The impedance is the measure of the opposition that a circuit presents to a current when a voltage is applied. Resistivity is the real part of Impedance (the other part is Reactance) but when Direct Current (DC) is applied there is no difference between Impedance and Resistivity.
In hematology the measurement of impedance variation is applied to blood cells through a calibrated micro aperture. Two electrodes are placed on either side of the aperture. Electric current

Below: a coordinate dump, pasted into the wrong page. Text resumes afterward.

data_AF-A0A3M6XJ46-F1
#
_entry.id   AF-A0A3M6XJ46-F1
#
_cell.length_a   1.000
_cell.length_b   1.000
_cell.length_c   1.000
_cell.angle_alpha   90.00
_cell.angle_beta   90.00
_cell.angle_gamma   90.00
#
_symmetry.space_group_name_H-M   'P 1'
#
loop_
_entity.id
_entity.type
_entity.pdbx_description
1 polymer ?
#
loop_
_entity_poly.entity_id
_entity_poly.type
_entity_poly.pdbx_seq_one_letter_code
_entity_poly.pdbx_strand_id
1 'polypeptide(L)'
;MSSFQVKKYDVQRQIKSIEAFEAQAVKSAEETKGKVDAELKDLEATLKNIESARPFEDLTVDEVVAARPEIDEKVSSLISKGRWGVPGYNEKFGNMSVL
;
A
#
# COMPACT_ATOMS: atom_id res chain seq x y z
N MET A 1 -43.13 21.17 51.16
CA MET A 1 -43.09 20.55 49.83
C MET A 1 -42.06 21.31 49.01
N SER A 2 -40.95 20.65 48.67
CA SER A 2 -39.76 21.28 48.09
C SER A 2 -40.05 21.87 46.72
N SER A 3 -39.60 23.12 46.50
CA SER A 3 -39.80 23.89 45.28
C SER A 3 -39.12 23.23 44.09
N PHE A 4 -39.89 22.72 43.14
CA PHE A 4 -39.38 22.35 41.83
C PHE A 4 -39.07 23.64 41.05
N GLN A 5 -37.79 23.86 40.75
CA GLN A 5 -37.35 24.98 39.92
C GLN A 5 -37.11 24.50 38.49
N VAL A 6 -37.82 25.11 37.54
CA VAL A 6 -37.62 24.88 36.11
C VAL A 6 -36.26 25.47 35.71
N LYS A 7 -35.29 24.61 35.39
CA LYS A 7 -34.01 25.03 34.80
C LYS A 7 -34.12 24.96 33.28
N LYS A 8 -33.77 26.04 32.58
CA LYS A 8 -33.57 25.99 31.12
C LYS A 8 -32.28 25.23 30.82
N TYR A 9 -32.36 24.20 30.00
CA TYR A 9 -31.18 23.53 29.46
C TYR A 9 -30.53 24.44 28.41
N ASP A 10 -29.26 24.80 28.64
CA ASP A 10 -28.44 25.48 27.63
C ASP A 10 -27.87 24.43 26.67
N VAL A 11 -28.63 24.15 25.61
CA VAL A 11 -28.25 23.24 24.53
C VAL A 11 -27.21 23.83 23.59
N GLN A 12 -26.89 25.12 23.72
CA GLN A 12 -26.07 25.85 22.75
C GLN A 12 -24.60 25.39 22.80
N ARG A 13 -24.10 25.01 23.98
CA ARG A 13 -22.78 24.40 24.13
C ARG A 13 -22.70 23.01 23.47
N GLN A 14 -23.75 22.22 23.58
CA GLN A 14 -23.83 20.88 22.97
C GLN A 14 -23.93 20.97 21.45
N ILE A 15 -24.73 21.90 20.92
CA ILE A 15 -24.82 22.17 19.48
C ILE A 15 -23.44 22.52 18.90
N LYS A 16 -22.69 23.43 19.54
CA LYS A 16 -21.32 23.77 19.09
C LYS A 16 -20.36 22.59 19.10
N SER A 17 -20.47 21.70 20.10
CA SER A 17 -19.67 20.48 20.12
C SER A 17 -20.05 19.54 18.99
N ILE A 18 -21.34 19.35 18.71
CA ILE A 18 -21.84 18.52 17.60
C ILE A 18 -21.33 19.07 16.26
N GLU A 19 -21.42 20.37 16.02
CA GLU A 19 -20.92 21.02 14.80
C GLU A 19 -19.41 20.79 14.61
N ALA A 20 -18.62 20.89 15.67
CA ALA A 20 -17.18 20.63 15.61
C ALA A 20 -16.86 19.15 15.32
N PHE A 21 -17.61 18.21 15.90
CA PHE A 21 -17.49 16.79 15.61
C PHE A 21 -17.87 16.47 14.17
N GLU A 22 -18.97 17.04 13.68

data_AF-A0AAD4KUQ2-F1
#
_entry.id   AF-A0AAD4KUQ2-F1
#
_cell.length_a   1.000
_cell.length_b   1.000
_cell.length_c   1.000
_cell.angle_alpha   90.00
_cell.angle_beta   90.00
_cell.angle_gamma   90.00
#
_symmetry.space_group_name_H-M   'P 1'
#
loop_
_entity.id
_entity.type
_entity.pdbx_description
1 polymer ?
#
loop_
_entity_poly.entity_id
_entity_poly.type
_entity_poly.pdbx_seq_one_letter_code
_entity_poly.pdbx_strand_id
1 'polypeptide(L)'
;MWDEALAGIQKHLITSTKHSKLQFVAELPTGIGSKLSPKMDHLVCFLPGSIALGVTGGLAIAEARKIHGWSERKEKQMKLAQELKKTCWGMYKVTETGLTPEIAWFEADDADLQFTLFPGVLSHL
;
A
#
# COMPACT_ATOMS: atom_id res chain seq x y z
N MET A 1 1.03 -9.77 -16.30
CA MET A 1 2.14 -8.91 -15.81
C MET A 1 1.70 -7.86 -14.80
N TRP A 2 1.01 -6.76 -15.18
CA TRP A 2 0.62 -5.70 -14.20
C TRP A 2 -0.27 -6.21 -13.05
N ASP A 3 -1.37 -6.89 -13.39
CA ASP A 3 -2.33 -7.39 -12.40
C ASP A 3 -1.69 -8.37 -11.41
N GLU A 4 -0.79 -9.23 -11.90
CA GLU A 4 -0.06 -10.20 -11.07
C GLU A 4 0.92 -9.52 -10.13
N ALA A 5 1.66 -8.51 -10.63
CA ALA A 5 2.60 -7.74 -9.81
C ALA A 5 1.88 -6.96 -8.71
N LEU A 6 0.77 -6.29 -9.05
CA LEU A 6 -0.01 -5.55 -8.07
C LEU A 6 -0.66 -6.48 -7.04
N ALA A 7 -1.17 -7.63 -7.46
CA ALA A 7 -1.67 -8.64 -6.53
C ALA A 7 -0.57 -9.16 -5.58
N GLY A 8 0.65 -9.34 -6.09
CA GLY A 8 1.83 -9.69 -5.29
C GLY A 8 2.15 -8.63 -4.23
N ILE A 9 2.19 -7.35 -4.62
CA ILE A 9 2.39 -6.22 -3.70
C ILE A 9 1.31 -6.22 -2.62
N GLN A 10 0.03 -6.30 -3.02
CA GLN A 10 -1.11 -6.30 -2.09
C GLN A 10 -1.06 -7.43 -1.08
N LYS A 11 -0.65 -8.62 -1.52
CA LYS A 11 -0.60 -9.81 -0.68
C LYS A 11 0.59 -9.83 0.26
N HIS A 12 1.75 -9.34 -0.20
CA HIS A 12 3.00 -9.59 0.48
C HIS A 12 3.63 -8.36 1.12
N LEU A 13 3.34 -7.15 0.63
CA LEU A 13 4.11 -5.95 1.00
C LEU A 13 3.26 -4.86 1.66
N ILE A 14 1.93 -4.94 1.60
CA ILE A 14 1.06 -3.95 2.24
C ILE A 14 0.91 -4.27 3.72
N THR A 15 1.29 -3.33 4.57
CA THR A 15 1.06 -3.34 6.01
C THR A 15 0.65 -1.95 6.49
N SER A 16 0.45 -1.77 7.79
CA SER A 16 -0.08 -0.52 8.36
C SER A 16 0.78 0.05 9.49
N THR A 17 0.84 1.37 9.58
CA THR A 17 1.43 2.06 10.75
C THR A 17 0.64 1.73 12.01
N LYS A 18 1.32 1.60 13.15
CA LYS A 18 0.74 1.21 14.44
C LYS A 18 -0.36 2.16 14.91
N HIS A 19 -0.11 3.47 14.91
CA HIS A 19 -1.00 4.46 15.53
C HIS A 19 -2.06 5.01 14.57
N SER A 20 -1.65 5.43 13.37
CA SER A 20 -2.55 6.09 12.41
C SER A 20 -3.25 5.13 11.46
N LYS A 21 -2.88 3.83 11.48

passes through the electrodes continuously. When a cell passes through the aperture, the electric resistance between the two electrodes increases proportionately to the cell volume.
The impedance principle is the reference method for detecting and enumerating the total amount of red blood cells, white blood cells and platelets.
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